Impact on U.S. Interests
Conflict Status
Type of Conflict


Number of U.S. troops remaining



Number of NATO troops remaining



Amount of U.S. foreign aid dispersed


Recent Developments

Representatives from the U.S. government and the Taliban have engaged in a series of direct negotiations throughout 2019. In January 2019, after a week of talks with Taliban representatives in Qatar, U.S. Special Representative for Afghanistan Reconciliation Zalmay Khalilzad announced that U.S. and Taliban officials had agreed in principle to a framework for peace negotiations. Under the framework, the Taliban reportedly agreed to prevent territory in Afghanistan from being used by terrorist organizations in return for a withdrawal of U.S. troops, among other concessions.

In August 2019, after eight rounds of talks, the two sides reportedly neared an initial peace agreement that would see a withdrawal of four to five thousand U.S. troops from Afghanistan if the Taliban agree to a cease-fire and enter into direct negotiations with the Afghan government. However, with no cease-fire yet in place, the United States has increased air strikes and raids targeting the Taliban as talks are ongoing, while the Taliban continues to carry out attacks on Afghan government targets.

Violence has continued across Afghanistan in 2019, as the Taliban continue to make territorial gains and target Afghan National Defense and Security Forces (ANDSF) bases and outposts. They have also carried out high-profile attacks across the country, including in Kabul. Over the past year, the Islamic State-Khorasan Province, also known as ISIS-KP, has also continued to expand and maintains a presence in several eastern Afghan provinces. ISIS-KP continues to carry out major attacks in Kabul and is responsible for an increase in suicide attacks targeting civilians. 


After the Taliban government refused to hand over terrorist leader Osama bin Laden in the wake of al-Qaeda’s September 11, 2001, attacks, the United States invaded Afghanistan. The Taliban leadership quickly lost control of the country and relocated to southern Afghanistan and across the border to Pakistan. From there, they have waged an insurgency against the Western-backed government in Kabul, international coalition troops, and Afghan national security forces.

In the eighteenth year of the war, and in their fifth year of being responsible for securing the country, the ANDSF continue to face significant challenges in holding territory and defending population centers, while the Taliban continues to contest districts and carry out suicide attacks in major cities. For more than three years the war has been at a stalemate, with, according to official U.S. government estimates, only 53.8 percent of Afghan districts under government control or influence, 33.9 percent contested, and the remaining 12.3 percent under the control or influence of the Taliban. The ANDSF continue to suffer heavy casualties and, while actual figures have now been classified by the U.S. military, senior Afghan officials estimate that for several months in 2018 as many as thirty to forty ANDSF personnel were killed every day. In the first six months of 2019 the UN documented nearly four thousand civilian casualties; 2018 saw a record-high total number of 10,993 civilian casualties, with the UN documenting 3,804 deaths and 7,189 injuries.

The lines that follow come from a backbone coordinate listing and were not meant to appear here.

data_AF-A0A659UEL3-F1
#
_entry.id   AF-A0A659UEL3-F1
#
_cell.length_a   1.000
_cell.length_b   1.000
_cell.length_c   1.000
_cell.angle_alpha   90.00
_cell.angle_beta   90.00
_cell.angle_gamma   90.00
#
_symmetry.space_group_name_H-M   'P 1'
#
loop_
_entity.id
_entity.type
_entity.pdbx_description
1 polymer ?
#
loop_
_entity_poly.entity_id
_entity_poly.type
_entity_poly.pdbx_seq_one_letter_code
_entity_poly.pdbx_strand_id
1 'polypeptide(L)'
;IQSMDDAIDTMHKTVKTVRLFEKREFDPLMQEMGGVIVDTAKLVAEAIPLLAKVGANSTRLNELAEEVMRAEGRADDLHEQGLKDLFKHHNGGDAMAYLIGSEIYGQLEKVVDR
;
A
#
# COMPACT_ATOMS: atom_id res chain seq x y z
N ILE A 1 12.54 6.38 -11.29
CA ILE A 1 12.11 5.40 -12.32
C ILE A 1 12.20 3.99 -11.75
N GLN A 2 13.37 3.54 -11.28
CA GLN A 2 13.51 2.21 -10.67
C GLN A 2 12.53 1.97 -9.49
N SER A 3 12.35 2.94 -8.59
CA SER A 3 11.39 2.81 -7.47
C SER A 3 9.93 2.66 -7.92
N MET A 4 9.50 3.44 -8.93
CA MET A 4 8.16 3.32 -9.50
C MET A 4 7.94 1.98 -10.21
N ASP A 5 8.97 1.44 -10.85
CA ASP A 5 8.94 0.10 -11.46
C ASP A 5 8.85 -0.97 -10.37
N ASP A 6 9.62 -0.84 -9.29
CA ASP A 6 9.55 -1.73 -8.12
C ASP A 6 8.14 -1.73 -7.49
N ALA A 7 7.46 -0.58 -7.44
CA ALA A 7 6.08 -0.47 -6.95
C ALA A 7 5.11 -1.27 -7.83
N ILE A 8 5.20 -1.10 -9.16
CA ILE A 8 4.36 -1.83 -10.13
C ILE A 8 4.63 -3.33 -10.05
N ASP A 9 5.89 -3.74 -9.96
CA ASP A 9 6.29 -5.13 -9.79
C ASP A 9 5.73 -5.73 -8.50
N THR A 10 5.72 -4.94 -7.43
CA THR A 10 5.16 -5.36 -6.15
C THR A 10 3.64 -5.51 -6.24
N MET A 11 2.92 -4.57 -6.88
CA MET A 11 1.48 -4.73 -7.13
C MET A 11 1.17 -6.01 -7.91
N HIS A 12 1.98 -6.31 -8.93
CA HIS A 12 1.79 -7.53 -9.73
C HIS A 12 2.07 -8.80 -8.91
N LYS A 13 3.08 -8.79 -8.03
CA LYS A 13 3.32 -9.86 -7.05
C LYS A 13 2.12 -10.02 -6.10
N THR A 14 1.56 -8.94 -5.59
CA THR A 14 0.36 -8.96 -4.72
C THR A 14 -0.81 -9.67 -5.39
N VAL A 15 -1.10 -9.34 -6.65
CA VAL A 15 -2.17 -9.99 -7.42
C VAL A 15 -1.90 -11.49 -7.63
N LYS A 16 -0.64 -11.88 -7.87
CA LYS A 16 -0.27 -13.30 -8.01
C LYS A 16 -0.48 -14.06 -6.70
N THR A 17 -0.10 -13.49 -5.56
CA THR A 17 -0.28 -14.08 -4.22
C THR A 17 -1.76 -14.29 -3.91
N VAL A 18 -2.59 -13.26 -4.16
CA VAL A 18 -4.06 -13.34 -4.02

In addition to a stronghold in the strategically important southern province of Helmand, the Taliban controls or contests territory in nearly every province, and continues to threaten multiple provincial capitals. The Taliban briefly seized the capital of Farah Province in May 2018, and in August 2018 captured the capital of Ghazni Province, holding the city for nearly a week before U.S. and Afghan troops took back control. In addition to a U.S. troop increase in 2017 and continuing combat missions, the U.S. military shifted its strategy to include the targeting of Taliban revenue sources as well as fighters, conducting an air campaign against drug labs and opium production sites. After more than two hundred air strikes targeting the Taliban’s drug production and transportation networks, the campaign was ended in late 2018.

Uncertainty surrounding the future of international donor assistance has strained the Afghan economy. While the United States and its allies have pledged to provide support to Kabul, the transition to a peacetime economy risks further destabilizing Afghan society by inflating the budget deficit and increasing unemployment rates.


The United States has a vital interest in preserving the many political, economic, and security gains that have been achieved in Afghanistan since 2001. A resurgence of the Taliban insurgency could once again turn Afghanistan into a terrorist safe haven. Moreover, internal instability in Afghanistan could have larger regional ramifications as Pakistan, India, Iran, and Russia all compete for influence in Kabul and with subnational actors.

A Visual Exploration of the Conflict


War in Afghanistan